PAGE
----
I love the third image of the small shack in the middle of the farmer’s field, all alone. It reminds me of a great hall just after the party has ended and all the guests have left. The laughter, music and food have all evaporated and all that is left is broken dishes, torn decorations and toppled chairs. Off at the other end of the hall is someone with a broom sweeping up the mess for a party they were not invited to attend.
The fourth image is that, save it be for a few who still believe, Israel would have been as Sodom and Gommorah. References in the bible to these two cities is a reference to obliteration. There were no survivors. Sodom and Gommorah, as you recall, was utterly destroyed by fire and brimstone after angels came to retrieve Lot and his family. Lot’s wife longed for the wicked lifestyle that they left behind and as she turned to look back, she was turned to a pillar of salt.
After listing off their sins and advising of their impending doom, he expresses God’s disappointment in the hypocrisy as His people perform all the ordinances, sacrifices and festivals of the Law of Moses but completely miss their purposes. They go to the temple on Saturday to pray, and they meet up with the prostitutes on Sunday. He is telling them that no amount of rituals, if done for the wrong reason, will save you. No more vain oblations is what God says to the wicked rulers and citizenry.
In verses 16 to 20 we have another list:
- Wash you make you clean
- Put away the evil of your doings from before mine eyes
- Cease to do evil
- Learn to do well
- Seek judgement, relieve the oppressed, judge the fatherless, plead for the widow
And then we have one of the most quoted passage from Isaiah:
Come now, let us reason together, saith the Lord: though your sins be as scarlet, they shall be as white as snow; though they be red like crimson, they shall be as wool.
Scarlet is a deep purple dye, and is great imagery for blood. In short he is saying that, despite all of the dreadful things you have done, if you come unto me your sins will be forgiven. No matter what you have done, no matter how far you have stayed, all will be forgiven when you return.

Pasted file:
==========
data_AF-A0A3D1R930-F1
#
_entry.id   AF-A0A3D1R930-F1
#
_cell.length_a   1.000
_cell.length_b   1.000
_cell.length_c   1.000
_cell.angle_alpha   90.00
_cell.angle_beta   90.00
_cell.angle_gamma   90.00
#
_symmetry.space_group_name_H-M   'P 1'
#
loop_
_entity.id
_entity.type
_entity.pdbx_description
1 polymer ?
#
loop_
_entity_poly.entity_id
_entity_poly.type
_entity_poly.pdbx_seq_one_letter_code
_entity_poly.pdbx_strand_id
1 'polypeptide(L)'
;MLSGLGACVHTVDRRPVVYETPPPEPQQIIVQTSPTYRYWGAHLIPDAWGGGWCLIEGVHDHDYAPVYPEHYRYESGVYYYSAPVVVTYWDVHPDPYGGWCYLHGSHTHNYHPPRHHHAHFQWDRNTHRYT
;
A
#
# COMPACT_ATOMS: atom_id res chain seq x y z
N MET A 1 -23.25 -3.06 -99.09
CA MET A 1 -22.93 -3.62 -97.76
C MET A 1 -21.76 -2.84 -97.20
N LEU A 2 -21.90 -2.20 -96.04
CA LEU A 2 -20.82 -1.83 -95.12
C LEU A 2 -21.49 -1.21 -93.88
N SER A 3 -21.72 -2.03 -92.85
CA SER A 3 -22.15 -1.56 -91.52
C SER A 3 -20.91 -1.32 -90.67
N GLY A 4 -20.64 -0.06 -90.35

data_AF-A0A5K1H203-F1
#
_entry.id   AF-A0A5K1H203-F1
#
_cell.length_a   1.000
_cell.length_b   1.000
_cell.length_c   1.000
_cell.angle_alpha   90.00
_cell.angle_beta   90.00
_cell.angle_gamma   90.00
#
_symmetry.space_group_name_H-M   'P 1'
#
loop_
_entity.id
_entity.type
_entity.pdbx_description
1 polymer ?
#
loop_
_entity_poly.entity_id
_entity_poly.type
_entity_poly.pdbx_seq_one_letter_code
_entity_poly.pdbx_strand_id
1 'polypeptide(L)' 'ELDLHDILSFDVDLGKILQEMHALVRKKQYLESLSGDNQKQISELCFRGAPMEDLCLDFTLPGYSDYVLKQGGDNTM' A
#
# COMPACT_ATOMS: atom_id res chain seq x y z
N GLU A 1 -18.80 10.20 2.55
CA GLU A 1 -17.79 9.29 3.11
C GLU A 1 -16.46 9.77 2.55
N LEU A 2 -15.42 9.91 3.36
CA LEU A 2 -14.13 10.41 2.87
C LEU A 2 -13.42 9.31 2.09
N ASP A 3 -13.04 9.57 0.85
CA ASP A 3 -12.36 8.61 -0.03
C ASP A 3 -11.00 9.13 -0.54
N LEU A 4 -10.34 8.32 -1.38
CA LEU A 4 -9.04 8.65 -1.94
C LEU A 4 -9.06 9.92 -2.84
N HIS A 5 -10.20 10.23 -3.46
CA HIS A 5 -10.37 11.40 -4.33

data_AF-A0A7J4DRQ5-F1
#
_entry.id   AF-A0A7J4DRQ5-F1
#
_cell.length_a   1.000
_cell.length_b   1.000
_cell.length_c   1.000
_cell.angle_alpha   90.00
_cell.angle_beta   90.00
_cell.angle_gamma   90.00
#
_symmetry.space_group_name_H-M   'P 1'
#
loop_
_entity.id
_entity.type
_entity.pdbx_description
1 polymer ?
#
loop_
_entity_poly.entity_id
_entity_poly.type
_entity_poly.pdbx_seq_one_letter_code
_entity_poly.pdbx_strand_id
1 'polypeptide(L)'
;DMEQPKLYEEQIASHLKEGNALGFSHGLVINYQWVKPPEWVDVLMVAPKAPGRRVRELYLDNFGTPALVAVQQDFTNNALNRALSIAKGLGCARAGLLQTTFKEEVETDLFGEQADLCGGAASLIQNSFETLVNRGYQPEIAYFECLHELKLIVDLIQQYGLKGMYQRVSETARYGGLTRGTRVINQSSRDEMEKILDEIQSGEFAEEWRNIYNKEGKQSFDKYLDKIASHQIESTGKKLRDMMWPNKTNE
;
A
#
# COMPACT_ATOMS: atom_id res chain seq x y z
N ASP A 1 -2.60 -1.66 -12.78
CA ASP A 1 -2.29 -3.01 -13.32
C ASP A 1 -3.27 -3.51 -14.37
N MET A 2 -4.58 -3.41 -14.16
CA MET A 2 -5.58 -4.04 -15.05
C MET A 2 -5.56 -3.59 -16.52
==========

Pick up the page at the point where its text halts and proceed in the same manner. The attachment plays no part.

Then this warning – if you are willing and obedient, you will be blessed, if you refuse and rebel, you will be cut off.
He now compares the people and their leaders to harlots, murders and thieves. He condemns them for ignoring the orphans and the widows, warning that they will get their just reward. From past references to Sodom and Gomorrah, we know that they will be utterly destroyed except for a very small remnant (v9). And of course, this came to pass with the invasion of Assyria in the Northern Kingdom of Israel, and later the invasion of Babylon in the Southern kingdom of Judah.
He explains why this destruction will occur. He plans to purge the nation of their wicked leaders, to restore the righteous judges and councilors so that Zion can be redeemed.
To wrap up his sermon, he is narrowing in on the pagan practice of worshiping the terabinth tree in their gardens that were designed for idol worship. Mention of an oak tree may seem confusing. Why should we be ashamed of the oak tree, and why would desiring an oak tree be a bad thing? In Isaiah’s time, they would have understood perfectly well that he was warning that their worshiping of these false idols would be their own undoing. These gardens will turn to kindling, igniting a fire that will consume them. God will not destroy them, but rather he will withdraw himself from them, and they will destroy themselves.
I don’t know if this helped at all, but my hope was to show that once you ponder the imagery, the message is not that complicated. At least that is the way I see Isaiah.